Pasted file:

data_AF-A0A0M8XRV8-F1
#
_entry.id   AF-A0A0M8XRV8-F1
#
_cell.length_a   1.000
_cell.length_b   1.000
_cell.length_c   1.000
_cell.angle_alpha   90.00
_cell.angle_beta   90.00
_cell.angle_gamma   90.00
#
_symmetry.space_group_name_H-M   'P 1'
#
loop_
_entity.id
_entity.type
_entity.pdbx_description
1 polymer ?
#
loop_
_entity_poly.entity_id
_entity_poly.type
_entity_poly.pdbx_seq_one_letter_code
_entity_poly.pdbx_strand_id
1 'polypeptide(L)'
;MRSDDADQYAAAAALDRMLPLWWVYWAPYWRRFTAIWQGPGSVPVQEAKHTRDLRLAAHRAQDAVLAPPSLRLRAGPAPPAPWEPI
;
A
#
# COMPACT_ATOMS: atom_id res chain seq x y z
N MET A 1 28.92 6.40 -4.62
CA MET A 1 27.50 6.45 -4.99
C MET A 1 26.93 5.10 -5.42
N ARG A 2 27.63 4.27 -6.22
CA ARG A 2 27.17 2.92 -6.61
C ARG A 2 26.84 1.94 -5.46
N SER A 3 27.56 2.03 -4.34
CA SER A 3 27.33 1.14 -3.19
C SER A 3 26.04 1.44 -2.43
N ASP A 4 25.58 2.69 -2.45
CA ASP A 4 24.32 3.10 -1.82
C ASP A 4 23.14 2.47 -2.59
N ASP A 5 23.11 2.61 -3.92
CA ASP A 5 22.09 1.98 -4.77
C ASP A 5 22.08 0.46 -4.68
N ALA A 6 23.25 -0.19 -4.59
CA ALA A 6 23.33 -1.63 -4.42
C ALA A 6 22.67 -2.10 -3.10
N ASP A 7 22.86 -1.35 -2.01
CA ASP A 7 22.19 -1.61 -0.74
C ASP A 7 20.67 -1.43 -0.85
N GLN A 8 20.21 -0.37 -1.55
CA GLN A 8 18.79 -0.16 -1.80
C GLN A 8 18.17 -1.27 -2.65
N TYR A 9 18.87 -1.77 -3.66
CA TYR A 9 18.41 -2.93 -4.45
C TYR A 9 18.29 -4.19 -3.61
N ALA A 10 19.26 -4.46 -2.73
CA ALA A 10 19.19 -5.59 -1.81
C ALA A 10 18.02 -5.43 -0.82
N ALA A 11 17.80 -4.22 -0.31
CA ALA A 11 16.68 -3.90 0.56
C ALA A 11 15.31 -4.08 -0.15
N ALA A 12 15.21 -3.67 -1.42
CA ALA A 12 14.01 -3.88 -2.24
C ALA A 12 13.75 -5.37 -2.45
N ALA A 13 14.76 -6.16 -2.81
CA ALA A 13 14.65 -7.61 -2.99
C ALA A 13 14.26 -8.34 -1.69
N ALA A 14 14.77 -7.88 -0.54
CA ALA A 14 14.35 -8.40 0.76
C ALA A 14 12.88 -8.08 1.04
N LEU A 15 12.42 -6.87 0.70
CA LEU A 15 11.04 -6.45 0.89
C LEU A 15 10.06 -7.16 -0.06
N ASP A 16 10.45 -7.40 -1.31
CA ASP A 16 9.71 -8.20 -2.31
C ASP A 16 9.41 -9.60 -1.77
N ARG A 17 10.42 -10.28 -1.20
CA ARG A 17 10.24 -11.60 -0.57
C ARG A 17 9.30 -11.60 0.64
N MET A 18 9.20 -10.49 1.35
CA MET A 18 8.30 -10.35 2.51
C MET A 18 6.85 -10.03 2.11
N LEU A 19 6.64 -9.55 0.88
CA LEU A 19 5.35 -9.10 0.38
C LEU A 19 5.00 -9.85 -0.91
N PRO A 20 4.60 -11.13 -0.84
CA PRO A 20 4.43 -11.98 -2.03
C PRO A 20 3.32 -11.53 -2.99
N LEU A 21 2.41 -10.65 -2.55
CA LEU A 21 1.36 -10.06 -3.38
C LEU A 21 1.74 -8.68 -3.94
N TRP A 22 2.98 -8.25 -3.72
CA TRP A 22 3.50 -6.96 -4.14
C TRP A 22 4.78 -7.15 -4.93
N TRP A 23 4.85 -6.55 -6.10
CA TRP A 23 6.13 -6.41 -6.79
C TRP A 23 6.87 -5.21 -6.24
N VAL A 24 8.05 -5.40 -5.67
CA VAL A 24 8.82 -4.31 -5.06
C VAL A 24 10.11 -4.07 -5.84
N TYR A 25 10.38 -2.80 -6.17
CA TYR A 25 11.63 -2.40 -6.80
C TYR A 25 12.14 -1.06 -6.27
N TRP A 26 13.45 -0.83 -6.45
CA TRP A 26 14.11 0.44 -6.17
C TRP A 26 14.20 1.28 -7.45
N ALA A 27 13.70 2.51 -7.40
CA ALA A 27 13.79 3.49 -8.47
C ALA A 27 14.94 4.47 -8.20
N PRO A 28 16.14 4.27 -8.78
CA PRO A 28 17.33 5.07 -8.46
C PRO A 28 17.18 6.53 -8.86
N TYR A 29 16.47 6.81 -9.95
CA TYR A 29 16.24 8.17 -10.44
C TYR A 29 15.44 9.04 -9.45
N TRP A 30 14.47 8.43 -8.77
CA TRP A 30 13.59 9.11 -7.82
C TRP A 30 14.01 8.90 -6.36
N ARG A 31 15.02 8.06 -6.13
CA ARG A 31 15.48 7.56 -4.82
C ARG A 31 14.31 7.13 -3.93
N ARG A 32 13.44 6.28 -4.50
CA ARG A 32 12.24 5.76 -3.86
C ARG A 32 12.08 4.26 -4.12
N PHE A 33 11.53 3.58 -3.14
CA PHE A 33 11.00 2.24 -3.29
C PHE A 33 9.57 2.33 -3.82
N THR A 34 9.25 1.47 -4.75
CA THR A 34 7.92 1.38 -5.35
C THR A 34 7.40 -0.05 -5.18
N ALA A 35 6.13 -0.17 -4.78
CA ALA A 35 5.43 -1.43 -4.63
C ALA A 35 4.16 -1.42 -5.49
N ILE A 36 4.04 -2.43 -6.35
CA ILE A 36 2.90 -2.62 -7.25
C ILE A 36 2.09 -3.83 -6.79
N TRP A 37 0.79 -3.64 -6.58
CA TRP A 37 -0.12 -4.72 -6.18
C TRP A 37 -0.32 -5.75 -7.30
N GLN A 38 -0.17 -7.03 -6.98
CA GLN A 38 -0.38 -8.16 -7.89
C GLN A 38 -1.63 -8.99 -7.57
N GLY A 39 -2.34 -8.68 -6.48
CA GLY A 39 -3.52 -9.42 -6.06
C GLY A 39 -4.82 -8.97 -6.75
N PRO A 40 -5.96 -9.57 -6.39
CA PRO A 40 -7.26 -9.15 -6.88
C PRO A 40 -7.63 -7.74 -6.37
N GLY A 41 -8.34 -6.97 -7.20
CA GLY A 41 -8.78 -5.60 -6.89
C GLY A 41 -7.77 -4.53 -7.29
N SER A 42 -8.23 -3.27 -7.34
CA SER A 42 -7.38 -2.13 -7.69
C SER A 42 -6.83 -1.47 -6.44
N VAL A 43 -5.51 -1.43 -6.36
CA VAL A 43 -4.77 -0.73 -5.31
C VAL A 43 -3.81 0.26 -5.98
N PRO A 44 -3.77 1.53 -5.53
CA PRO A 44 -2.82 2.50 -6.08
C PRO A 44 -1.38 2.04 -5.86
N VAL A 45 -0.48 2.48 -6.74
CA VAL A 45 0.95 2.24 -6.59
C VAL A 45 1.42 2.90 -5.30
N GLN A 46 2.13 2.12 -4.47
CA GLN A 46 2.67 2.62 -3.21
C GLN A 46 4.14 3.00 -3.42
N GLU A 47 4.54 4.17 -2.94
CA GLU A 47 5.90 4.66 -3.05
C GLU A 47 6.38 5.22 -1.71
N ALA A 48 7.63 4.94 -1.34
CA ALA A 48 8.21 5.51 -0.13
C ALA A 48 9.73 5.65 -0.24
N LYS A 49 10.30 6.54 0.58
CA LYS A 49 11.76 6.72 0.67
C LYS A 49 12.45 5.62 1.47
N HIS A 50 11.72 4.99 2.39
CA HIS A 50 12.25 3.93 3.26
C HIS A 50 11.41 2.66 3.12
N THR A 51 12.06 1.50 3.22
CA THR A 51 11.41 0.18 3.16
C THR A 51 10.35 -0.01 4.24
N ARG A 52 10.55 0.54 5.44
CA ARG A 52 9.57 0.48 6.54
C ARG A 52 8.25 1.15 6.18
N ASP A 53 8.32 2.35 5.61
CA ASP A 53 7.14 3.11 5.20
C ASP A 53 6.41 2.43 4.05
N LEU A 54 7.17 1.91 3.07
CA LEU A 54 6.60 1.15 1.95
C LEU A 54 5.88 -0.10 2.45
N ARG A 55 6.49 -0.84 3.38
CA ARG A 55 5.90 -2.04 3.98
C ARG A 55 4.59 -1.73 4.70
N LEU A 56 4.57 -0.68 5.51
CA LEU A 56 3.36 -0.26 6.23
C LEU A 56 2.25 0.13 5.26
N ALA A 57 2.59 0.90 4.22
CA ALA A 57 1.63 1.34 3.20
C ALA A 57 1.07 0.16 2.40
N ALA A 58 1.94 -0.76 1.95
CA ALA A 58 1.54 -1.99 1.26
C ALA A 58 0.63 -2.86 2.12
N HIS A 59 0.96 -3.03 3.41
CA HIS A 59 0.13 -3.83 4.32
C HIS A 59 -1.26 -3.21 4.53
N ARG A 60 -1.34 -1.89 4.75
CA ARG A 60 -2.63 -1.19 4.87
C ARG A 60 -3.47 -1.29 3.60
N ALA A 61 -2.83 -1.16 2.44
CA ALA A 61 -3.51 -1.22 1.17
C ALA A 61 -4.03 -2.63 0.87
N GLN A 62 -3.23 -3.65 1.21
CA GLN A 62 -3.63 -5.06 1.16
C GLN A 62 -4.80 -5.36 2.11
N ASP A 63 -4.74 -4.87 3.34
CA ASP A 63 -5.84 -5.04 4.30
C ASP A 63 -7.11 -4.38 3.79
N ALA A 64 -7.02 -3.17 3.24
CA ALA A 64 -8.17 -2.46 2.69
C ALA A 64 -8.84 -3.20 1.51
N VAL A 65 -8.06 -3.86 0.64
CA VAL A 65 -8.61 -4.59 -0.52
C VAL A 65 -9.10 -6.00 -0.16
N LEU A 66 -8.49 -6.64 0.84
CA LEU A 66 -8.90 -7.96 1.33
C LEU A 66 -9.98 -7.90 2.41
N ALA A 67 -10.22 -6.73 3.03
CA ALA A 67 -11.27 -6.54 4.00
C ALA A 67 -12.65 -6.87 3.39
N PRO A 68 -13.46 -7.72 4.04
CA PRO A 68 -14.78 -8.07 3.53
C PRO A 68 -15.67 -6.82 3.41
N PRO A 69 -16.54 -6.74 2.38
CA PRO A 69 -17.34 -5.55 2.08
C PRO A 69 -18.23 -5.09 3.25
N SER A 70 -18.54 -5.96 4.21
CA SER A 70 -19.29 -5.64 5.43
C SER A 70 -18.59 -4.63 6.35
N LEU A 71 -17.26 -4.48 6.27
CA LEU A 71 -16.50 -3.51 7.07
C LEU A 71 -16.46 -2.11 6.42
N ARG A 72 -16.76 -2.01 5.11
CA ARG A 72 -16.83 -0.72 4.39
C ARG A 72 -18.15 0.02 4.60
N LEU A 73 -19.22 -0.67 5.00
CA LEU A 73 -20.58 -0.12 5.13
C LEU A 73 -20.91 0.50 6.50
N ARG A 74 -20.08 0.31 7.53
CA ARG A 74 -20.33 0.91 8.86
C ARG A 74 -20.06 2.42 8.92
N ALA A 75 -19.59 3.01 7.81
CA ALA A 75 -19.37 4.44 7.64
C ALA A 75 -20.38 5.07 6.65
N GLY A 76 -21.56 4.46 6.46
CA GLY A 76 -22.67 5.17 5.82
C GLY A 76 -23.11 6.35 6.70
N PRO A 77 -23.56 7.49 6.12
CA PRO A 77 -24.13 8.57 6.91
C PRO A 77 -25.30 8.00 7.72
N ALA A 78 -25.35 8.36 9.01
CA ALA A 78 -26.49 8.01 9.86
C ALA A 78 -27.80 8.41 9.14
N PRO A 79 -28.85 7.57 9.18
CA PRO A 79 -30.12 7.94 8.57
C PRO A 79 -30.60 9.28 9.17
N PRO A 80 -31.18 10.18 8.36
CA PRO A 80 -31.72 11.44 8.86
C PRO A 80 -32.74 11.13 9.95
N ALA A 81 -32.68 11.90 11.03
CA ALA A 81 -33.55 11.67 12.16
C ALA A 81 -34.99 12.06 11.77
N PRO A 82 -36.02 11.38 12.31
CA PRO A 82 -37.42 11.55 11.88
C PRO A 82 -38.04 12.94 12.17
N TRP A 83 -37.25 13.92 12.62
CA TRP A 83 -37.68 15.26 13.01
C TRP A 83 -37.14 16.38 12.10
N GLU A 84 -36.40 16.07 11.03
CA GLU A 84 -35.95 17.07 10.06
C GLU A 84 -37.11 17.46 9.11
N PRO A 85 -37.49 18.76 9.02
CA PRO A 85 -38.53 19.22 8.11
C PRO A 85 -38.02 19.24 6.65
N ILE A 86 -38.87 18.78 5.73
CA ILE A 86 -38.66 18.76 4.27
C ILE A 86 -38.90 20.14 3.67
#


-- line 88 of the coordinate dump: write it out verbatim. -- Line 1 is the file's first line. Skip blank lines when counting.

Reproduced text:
N PRO A 20 4.60 -11.13 -0.84